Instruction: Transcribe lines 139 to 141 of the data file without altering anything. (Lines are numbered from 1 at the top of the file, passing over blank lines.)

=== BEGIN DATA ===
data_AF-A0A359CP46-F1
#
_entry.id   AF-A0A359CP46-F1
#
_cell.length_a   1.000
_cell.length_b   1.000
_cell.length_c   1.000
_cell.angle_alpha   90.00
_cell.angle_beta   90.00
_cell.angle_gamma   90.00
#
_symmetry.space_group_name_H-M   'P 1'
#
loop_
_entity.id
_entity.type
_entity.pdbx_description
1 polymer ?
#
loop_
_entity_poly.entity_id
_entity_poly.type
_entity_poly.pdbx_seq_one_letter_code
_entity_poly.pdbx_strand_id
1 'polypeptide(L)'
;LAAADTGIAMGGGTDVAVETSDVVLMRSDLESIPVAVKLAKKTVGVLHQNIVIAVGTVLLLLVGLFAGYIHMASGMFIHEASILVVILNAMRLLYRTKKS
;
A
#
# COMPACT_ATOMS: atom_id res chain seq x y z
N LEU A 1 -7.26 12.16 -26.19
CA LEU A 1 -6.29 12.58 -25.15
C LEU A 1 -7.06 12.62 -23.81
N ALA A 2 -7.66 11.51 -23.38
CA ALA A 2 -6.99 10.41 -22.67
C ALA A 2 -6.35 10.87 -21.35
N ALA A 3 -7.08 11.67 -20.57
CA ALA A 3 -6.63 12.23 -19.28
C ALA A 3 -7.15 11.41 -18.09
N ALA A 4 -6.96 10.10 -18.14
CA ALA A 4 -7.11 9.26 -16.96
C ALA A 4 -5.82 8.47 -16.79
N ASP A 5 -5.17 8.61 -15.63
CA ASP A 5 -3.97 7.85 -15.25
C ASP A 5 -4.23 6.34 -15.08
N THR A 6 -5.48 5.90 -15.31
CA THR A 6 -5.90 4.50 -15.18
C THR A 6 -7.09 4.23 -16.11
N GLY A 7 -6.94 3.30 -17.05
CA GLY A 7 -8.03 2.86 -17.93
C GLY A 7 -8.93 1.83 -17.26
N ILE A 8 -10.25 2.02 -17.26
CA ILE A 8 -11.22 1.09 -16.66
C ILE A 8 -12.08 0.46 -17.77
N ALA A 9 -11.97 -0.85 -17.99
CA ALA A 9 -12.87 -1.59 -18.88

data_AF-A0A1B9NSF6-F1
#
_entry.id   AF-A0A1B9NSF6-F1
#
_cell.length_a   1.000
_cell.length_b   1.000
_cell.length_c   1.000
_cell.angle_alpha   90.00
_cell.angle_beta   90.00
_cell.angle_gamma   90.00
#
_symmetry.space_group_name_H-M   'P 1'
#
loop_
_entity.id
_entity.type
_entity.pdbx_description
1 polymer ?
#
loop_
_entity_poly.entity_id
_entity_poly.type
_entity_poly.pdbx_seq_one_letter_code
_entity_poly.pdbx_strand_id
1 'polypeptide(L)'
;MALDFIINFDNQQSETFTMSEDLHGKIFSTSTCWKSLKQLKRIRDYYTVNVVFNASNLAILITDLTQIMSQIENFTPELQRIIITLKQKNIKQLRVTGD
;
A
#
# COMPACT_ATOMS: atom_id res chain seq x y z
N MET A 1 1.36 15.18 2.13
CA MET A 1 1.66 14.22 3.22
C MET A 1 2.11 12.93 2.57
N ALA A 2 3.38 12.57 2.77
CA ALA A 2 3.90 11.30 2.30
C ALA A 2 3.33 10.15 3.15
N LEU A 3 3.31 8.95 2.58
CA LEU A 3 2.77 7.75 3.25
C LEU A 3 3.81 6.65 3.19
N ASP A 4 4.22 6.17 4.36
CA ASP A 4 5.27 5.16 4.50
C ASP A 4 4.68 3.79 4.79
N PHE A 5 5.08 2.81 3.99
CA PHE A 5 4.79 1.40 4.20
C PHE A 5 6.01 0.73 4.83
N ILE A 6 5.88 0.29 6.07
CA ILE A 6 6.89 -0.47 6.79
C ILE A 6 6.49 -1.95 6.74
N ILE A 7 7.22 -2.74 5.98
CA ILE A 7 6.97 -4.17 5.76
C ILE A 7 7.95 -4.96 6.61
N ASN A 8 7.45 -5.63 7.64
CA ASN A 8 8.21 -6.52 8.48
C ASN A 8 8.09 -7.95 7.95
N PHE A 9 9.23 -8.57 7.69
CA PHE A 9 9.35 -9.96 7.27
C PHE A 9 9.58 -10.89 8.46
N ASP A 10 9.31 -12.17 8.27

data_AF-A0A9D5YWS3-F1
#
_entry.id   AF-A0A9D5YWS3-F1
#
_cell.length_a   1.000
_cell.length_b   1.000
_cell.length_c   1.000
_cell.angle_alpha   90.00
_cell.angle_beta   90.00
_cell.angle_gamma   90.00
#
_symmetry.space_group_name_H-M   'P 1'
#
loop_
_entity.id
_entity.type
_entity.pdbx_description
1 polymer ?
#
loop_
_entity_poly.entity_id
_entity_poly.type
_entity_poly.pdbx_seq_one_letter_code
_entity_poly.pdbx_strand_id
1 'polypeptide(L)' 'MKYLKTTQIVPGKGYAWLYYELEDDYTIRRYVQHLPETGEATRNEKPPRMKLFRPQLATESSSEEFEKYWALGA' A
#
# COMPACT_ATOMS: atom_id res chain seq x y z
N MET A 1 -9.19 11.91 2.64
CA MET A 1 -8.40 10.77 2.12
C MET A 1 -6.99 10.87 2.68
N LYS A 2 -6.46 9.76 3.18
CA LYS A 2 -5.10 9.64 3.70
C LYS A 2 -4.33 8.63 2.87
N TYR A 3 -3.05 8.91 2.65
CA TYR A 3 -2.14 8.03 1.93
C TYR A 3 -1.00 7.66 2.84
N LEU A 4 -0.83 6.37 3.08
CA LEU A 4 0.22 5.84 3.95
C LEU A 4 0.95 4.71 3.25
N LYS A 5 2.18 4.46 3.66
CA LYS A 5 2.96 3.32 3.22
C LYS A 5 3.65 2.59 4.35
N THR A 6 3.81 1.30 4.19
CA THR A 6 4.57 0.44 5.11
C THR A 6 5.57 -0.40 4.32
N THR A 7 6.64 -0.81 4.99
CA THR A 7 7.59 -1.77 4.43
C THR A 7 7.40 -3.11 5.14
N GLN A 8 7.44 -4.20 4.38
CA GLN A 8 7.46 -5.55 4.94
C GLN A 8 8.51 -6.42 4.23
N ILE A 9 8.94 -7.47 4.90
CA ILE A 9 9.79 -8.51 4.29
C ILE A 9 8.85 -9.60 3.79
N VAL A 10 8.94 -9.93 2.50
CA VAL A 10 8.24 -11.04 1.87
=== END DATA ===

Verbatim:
1 'polypeptide(L)' 'MKYLKTTQIVPGKGYAWLYYELEDDYTIRRYVQHLPETGEATRNEKPPRMKLFRPQLATESSSEEFEKYWALGA' A
#
# COMPACT_ATOMS: atom_id res chain seq x y z